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March 2, 2023

How Runme Makes Project Documentation Interactive and Accessible

The Stateful team has collaborated with the WebdriverIO project to help improve their documentation by making the documentation examples more interactive and accessible using Runme.

The WebdriverIO framework is a versatile tool for browser and mobile test automation that offers a lot of features for you to play around with. The goal of their project documentation is to clearly communicate it's features and how they can be applied to your project. A central contributor to this are code examples, like a picture that can be worth a thousand words.

It's no surprise that embedded code examples in open source project documentation has become increasingly common. Many are even interactive and allow users to fiddle around with the code in real time, e.g. the new React Docs, or provide "playgrounds" with live examples, like on svelte.dev.


Live Examples on the new React docs

Problems with Existing Solutions

There are however, a number of common problems we need to be take into consideration when it comes to code examples in docs:

  • They are made up and often don't reflect reality
  • Some contain errors because we are all just humans
  • Often become outdated as interfaces change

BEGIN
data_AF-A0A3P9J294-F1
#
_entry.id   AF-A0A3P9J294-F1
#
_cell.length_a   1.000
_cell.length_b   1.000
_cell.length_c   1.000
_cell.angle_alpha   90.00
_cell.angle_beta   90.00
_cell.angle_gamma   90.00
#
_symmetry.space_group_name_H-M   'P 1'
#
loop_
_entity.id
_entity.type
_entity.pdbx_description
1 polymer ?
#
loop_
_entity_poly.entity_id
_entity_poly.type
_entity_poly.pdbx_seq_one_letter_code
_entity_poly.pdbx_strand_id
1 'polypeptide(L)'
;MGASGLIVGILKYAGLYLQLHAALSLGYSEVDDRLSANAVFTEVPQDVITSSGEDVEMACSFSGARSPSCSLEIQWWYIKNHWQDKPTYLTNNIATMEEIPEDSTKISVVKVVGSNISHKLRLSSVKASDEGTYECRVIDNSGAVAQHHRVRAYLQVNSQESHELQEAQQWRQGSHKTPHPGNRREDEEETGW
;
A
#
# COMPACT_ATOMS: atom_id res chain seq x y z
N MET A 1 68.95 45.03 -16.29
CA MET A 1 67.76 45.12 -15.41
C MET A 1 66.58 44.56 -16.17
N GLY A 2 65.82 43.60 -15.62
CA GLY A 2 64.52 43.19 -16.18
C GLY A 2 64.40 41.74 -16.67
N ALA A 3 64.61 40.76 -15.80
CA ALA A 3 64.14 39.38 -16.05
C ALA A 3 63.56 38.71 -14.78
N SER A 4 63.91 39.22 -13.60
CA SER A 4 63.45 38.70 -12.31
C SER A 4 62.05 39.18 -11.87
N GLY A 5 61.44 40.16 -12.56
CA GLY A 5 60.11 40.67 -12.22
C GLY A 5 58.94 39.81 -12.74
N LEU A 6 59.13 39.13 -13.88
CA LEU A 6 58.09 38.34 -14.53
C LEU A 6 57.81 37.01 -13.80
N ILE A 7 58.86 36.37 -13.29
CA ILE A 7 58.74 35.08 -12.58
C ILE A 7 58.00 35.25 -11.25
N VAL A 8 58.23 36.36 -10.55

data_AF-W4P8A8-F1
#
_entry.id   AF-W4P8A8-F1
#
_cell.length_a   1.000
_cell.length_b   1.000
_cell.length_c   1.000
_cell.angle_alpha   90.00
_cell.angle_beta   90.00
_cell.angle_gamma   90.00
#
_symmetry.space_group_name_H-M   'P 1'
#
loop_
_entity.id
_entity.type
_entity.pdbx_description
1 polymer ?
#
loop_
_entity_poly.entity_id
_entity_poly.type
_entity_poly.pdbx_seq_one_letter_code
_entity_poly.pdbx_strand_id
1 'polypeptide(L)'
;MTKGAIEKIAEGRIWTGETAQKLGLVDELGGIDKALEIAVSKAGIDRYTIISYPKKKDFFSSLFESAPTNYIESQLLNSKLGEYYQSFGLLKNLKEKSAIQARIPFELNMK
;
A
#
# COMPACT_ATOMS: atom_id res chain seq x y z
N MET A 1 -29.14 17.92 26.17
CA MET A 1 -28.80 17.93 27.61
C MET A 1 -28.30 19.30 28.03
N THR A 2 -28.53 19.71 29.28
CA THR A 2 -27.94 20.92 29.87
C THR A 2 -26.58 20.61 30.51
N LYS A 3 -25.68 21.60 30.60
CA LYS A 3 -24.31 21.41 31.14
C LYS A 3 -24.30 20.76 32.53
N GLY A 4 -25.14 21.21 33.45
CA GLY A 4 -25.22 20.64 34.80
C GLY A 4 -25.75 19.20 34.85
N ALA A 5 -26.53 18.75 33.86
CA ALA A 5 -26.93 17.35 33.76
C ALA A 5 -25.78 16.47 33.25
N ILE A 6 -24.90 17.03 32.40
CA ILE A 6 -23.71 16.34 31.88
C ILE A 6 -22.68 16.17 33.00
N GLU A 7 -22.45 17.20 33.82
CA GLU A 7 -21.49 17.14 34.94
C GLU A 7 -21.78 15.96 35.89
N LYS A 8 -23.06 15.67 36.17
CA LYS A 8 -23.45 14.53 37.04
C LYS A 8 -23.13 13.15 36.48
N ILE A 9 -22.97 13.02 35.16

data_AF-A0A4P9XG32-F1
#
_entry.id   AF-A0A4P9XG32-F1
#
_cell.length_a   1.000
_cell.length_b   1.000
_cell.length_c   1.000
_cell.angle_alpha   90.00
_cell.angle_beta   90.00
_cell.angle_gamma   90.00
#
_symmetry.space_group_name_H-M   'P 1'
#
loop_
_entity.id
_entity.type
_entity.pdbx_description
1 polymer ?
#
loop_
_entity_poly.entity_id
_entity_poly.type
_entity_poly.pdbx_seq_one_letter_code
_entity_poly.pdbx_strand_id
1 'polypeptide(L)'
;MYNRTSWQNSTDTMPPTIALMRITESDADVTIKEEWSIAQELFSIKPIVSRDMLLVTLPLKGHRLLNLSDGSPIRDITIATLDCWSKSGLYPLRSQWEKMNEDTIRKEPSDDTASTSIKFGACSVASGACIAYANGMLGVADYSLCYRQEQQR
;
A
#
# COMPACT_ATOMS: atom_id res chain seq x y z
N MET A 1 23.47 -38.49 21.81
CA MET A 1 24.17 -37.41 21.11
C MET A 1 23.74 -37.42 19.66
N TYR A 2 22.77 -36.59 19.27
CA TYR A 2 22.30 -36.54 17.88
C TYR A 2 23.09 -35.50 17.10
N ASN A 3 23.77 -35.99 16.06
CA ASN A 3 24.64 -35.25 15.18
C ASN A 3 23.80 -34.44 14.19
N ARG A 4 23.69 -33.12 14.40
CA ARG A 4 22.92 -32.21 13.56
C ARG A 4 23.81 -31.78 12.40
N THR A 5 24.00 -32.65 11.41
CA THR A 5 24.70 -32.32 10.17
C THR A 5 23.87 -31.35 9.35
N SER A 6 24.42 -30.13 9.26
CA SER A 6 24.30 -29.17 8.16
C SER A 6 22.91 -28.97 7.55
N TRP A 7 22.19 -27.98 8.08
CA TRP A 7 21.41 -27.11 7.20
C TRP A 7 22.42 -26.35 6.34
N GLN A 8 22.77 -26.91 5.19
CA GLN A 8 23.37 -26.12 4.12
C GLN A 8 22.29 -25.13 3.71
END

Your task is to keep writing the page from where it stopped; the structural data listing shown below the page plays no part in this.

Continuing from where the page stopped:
• Don't perfectly fit your needs and can be difficult to apply to your project

In an attempt to improve WebdriverIO's code examples we started rolling out some changes to the documentation that will hopefully addresses these issues:

Screenshot 2023-02-28 at 10.50.05

As you can see, some examples now have two buttons, one brings you to the code on Github, but the other let's you run them. But what does that mean?

Extract Examples from Docs

As a first step we started to remove all code examples from their documentation page and moved them into a dedicated repository. This allows us to treat these examples as code and set-up the necessary infrastructure, e.g. CI/CD or automated dependency updates, to ensure quality and correctness.

So say hello 👋 to this new repository in the WebdriverIO GitHub organization, it now contains all the examples in use by the official docs.

"webdriverio/example-recipes" repository


You can see that every example is self contained in its own directory to keep everything very simple. A big list of NPM scripts allows you to run specific examples with just a single command.

In order to embed the examples back into the website, we are using a plugin for Docusaurus that downloads the code based on a simple GitHub reference link. Instead of having code within our markdown files, we just reference the location on Github, e.g.:

Screenshot 2023-02-28 at 11.00.27

The plugin then downloads the code and only shows provided code lines in the file. Here is the final result:

Screenshot 2023-02-28 at 10.53.56

If you are using a different tool for building your static docs, chances are that it has similar plugins available to just do that.

Testing Examples

Now that we have everything nicely encapsulated into a dedicated repository, we can use CI/CD to test all examples on regular basis. A simple GitHub workflow can trigger the execution of these examples and have the pipeline fail if any of them have an error:

name: Test
on: [push, pull_request]
    runs-on: ubuntu-latest
          - click
          # more example directories here
          # ...
          - api/webdriver